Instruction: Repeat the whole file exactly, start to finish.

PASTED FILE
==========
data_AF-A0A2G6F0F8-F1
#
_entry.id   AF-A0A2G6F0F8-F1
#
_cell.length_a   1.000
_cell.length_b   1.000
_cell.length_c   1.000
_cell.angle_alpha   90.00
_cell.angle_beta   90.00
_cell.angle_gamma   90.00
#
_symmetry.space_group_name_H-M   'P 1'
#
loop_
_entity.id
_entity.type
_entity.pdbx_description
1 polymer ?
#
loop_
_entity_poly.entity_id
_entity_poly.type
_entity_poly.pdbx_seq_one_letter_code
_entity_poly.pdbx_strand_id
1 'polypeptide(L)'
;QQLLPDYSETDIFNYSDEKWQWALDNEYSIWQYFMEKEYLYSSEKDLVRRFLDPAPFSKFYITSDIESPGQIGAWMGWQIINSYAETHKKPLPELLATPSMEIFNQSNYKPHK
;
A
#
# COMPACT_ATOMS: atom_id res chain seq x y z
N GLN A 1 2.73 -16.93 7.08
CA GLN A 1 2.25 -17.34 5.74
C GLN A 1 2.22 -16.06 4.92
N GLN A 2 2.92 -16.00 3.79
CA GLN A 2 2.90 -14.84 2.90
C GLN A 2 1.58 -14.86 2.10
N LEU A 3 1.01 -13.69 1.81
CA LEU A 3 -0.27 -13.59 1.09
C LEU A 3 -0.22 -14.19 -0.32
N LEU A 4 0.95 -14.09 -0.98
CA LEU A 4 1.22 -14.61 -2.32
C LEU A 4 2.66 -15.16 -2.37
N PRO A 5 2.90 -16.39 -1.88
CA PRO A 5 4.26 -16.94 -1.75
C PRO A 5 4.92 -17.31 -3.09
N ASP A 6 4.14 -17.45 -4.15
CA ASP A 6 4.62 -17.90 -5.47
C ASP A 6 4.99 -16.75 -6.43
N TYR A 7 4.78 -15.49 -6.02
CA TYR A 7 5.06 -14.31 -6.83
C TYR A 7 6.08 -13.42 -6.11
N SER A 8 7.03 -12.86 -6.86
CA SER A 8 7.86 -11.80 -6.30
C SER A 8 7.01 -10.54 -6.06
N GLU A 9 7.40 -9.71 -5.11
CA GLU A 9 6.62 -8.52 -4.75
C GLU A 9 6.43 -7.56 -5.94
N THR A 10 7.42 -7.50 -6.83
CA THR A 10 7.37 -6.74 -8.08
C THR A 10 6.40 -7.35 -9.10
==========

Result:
data_AF-A0A2G6F0F8-F1
#
_entry.id   AF-A0A2G6F0F8-F1
#
_cell.length_a   1.000
_cell.length_b   1.000
_cell.length_c   1.000
_cell.angle_alpha   90.00
_cell.angle_beta   90.00
_cell.angle_gamma   90.00
#
_symmetry.space_group_name_H-M   'P 1'
#
loop_
_entity.id
_entity.type
_entity.pdbx_description
1 polymer ?
#
loop_
_entity_poly.entity_id
_entity_poly.type
_entity_poly.pdbx_seq_one_letter_code
_entity_poly.pdbx_strand_id
1 'polypeptide(L)'
;QQLLPDYSETDIFNYSDEKWQWALDNEYSIWQYFMEKEYLYSSEKDLVRRFLDPAPFSKFYITSDIESPGQIGAWMGWQIINSYAETHKKPLPELLATPSMEIFNQSNYKPHK
;
A
#
# COMPACT_ATOMS: atom_id res chain seq x y z
N GLN A 1 2.73 -16.93 7.08
CA GLN A 1 2.25 -17.34 5.74
C GLN A 1 2.22 -16.06 4.92
N GLN A 2 2.92 -16.00 3.79
CA GLN A 2 2.90 -14.84 2.90
C GLN A 2 1.58 -14.86 2.10
N LEU A 3 1.01 -13.69 1.81
CA LEU A 3 -0.27 -13.59 1.09
C LEU A 3 -0.22 -14.19 -0.32
N LEU A 4 0.95 -14.09 -0.98
CA LEU A 4 1.22 -14.61 -2.32
C LEU A 4 2.66 -15.16 -2.37
N PRO A 5 2.90 -16.39 -1.88
CA PRO A 5 4.26 -16.94 -1.75
C PRO A 5 4.92 -17.31 -3.09
N ASP A 6 4.14 -17.45 -4.15
CA ASP A 6 4.62 -17.90 -5.47
C ASP A 6 4.99 -16.75 -6.43
N TYR A 7 4.78 -15.49 -6.02
CA TYR A 7 5.06 -14.31 -6.83
C TYR A 7 6.08 -13.42 -6.11
N SER A 8 7.03 -12.86 -6.86
CA SER A 8 7.86 -11.80 -6.30
C SER A 8 7.01 -10.54 -6.06
N GLU A 9 7.40 -9.71 -5.11
CA GLU A 9 6.62 -8.52 -4.75
C GLU A 9 6.43 -7.56 -5.94
N THR A 10 7.42 -7.50 -6.83
CA THR A 10 7.37 -6.74 -8.08
C THR A 10 6.40 -7.35 -9.10